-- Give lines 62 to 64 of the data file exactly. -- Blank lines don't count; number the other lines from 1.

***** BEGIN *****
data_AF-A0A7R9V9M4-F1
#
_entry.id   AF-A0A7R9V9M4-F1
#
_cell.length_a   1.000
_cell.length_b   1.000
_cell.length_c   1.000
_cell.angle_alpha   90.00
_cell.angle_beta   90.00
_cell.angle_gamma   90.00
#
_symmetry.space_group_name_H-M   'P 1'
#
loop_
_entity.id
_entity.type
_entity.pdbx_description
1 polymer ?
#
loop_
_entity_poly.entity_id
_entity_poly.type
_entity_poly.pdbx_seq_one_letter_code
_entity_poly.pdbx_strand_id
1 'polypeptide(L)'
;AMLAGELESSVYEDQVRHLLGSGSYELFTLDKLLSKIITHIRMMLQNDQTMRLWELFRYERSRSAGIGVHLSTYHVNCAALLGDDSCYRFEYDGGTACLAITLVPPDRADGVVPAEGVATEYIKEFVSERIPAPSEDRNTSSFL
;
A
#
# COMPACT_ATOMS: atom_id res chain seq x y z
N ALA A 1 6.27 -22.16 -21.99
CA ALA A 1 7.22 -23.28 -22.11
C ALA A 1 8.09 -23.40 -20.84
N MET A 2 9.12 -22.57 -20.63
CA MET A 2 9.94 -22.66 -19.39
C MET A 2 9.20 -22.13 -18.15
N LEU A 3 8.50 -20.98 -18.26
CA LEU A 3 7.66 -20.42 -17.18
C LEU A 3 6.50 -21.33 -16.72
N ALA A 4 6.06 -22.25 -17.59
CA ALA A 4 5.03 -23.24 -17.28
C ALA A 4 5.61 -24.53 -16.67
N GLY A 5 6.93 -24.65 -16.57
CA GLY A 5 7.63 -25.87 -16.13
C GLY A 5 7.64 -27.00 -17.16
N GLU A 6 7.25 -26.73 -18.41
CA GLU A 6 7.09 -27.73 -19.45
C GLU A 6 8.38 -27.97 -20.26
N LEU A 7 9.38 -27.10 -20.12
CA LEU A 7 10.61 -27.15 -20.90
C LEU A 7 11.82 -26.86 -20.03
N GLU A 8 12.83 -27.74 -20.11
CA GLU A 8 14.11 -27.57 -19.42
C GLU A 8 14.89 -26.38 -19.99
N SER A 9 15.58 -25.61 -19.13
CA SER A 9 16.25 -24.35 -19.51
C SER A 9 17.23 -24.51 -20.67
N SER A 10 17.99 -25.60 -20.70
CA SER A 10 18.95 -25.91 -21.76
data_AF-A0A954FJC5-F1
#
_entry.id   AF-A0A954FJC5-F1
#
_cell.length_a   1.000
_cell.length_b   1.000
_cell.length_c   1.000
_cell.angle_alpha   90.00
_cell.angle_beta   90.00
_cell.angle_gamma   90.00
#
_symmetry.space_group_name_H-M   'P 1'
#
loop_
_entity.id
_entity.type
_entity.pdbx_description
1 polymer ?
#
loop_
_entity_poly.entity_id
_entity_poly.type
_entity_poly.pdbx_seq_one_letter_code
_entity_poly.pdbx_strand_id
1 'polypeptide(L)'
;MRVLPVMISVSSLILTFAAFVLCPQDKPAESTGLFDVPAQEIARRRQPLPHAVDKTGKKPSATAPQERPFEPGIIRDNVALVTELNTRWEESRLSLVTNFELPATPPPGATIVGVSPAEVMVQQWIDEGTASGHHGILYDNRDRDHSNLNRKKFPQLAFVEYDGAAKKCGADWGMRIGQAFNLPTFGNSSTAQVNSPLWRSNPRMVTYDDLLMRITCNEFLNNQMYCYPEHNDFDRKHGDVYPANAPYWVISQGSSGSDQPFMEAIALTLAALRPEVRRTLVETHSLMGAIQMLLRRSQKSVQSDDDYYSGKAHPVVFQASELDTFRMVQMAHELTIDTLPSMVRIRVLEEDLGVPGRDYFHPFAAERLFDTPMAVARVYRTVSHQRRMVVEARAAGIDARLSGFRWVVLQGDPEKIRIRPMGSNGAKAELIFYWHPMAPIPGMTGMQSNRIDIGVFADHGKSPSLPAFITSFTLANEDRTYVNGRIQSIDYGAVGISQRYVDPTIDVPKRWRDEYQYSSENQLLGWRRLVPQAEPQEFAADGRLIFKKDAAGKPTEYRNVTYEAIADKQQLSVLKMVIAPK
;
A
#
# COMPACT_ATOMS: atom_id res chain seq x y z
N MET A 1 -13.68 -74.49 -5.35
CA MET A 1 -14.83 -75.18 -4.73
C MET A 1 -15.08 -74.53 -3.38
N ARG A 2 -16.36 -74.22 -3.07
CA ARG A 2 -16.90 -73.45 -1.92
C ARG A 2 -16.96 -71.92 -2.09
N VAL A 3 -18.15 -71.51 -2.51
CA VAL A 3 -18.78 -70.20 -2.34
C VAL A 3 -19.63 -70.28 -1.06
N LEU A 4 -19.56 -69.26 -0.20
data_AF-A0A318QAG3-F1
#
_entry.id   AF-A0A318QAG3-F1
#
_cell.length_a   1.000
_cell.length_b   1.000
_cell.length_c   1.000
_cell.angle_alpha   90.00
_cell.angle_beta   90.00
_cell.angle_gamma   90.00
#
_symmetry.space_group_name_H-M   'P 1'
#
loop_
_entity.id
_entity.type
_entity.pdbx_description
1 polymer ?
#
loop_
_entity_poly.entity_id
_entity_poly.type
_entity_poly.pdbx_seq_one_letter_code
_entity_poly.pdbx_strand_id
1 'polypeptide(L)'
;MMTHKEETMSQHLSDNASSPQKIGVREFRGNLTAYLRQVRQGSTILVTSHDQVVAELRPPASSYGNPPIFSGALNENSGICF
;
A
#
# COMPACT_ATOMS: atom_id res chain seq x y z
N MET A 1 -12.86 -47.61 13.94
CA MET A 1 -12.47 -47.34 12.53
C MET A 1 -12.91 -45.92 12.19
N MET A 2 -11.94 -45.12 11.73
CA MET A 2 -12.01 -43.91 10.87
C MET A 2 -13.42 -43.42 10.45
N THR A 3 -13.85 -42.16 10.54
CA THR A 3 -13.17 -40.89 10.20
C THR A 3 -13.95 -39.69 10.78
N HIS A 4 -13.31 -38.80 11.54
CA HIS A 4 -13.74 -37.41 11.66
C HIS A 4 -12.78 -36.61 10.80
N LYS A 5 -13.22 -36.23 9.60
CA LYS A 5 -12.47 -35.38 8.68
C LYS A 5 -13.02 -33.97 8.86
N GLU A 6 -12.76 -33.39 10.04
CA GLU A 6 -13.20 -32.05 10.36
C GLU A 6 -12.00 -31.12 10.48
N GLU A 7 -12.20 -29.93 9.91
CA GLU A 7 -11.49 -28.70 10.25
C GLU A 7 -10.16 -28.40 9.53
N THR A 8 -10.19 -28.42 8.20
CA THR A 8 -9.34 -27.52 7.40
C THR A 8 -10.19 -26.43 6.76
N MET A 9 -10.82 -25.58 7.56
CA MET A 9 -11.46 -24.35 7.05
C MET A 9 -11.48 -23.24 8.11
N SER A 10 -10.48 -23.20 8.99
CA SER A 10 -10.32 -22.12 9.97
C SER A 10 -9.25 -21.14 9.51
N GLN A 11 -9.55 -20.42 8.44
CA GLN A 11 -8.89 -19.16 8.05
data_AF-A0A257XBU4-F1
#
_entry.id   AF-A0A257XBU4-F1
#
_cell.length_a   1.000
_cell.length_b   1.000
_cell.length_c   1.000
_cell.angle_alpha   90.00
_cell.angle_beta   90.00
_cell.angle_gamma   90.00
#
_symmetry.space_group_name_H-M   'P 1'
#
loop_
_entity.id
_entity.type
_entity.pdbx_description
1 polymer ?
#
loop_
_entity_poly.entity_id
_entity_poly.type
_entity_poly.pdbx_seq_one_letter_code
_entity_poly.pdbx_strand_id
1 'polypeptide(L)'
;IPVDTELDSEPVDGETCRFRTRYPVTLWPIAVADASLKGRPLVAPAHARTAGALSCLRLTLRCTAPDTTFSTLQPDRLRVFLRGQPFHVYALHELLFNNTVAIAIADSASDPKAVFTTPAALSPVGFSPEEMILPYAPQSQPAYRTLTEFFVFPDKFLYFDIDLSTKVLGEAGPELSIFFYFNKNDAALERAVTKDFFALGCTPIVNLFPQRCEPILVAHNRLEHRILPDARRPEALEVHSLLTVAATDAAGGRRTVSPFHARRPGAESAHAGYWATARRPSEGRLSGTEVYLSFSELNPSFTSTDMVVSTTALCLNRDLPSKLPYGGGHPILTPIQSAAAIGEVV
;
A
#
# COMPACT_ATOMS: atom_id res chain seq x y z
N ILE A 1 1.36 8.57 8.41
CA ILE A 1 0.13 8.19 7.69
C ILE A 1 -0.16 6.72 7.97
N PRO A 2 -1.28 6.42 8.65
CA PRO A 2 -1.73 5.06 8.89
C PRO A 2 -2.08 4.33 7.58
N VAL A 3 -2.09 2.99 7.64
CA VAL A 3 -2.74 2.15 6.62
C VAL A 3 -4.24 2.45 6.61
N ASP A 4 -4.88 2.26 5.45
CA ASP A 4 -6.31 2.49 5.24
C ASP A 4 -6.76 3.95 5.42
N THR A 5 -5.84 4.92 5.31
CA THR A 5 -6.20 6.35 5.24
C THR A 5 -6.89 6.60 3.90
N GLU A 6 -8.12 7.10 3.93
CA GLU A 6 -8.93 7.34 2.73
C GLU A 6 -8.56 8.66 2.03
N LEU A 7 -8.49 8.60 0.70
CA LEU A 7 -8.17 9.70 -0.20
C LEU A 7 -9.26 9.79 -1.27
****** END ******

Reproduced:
_entry.id   AF-A0A954FJC5-F1
#
_cell.length_a   1.000